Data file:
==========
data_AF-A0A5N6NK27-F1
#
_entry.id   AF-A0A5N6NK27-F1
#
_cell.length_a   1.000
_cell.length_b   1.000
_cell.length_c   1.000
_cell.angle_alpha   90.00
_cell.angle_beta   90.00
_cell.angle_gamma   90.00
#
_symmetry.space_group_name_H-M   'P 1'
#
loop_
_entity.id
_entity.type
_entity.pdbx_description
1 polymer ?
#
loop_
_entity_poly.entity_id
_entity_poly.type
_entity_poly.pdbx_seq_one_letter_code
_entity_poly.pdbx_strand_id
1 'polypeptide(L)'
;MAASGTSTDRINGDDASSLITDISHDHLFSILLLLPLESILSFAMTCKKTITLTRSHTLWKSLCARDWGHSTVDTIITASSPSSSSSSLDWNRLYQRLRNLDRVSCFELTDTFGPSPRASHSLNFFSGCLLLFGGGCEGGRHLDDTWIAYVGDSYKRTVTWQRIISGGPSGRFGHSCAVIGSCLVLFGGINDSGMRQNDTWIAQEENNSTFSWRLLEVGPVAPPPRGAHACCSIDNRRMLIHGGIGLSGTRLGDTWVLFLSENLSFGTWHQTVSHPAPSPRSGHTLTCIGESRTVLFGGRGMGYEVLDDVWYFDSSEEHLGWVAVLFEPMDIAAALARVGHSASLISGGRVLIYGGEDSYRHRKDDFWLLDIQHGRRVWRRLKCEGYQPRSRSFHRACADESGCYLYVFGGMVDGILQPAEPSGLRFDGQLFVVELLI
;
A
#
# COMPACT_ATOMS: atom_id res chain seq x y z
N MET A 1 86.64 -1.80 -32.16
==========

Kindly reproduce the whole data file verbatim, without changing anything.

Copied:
data_AF-A0A5N6NK27-F1
#
_entry.id   AF-A0A5N6NK27-F1
#
_cell.length_a   1.000
_cell.length_b   1.000
_cell.length_c   1.000
_cell.angle_alpha   90.00
_cell.angle_beta   90.00
_cell.angle_gamma   90.00
#
_symmetry.space_group_name_H-M   'P 1'
#
loop_
_entity.id
_entity.type
_entity.pdbx_description
1 polymer ?
#
loop_
_entity_poly.entity_id
_entity_poly.type
_entity_poly.pdbx_seq_one_letter_code
_entity_poly.pdbx_strand_id
1 'polypeptide(L)'
;MAASGTSTDRINGDDASSLITDISHDHLFSILLLLPLESILSFAMTCKKTITLTRSHTLWKSLCARDWGHSTVDTIITASSPSSSSSSLDWNRLYQRLRNLDRVSCFELTDTFGPSPRASHSLNFFSGCLLLFGGGCEGGRHLDDTWIAYVGDSYKRTVTWQRIISGGPSGRFGHSCAVIGSCLVLFGGINDSGMRQNDTWIAQEENNSTFSWRLLEVGPVAPPPRGAHACCSIDNRRMLIHGGIGLSGTRLGDTWVLFLSENLSFGTWHQTVSHPAPSPRSGHTLTCIGESRTVLFGGRGMGYEVLDDVWYFDSSEEHLGWVAVLFEPMDIAAALARVGHSASLISGGRVLIYGGEDSYRHRKDDFWLLDIQHGRRVWRRLKCEGYQPRSRSFHRACADESGCYLYVFGGMVDGILQPAEPSGLRFDGQLFVVELLI
;
A
#
# COMPACT_ATOMS: atom_id res chain seq x y z
N MET A 1 86.64 -1.80 -32.16